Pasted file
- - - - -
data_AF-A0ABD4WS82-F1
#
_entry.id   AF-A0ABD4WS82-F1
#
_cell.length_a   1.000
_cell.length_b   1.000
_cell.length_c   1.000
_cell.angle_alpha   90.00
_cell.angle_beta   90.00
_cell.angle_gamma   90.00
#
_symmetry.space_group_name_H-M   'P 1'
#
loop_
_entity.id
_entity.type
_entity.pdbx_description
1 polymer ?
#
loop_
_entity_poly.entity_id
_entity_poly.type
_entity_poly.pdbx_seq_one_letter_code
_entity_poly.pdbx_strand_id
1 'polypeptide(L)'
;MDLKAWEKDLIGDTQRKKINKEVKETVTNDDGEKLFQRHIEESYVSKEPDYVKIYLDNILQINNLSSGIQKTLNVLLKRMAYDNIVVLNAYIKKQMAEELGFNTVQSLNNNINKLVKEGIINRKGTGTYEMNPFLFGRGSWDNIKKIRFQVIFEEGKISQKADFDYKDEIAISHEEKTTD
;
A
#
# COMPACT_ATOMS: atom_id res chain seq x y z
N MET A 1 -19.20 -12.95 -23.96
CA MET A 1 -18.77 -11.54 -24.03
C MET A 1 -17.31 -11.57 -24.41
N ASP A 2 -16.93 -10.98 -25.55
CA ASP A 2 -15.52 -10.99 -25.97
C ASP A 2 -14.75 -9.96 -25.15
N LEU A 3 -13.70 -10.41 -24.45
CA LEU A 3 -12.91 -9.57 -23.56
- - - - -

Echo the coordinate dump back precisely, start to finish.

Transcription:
data_AF-A0ABD4WS82-F1
#
_entry.id   AF-A0ABD4WS82-F1
#
_cell.length_a   1.000
_cell.length_b   1.000
_cell.length_c   1.000
_cell.angle_alpha   90.00
_cell.angle_beta   90.00
_cell.angle_gamma   90.00
#
_symmetry.space_group_name_H-M   'P 1'
#
loop_
_entity.id
_entity.type
_entity.pdbx_description
1 polymer ?
#
loop_
_entity_poly.entity_id
_entity_poly.type
_entity_poly.pdbx_seq_one_letter_code
_entity_poly.pdbx_strand_id
1 'polypeptide(L)'
;MDLKAWEKDLIGDTQRKKINKEVKETVTNDDGEKLFQRHIEESYVSKEPDYVKIYLDNILQINNLSSGIQKTLNVLLKRMAYDNIVVLNAYIKKQMAEELGFNTVQSLNNNINKLVKEGIINRKGTGTYEMNPFLFGRGSWDNIKKIRFQVIFEEGKISQKADFDYKDEIAISHEEKTTD
;
A
#
# COMPACT_ATOMS: atom_id res chain seq x y z
N MET A 1 -19.20 -12.95 -23.96
CA MET A 1 -18.77 -11.54 -24.03
C MET A 1 -17.31 -11.57 -24.41
N ASP A 2 -16.93 -10.98 -25.55
CA ASP A 2 -15.52 -10.99 -25.97
C ASP A 2 -14.75 -9.96 -25.15
N LEU A 3 -13.70 -10.41 -24.45
CA LEU A 3 -12.91 -9.57 -23.56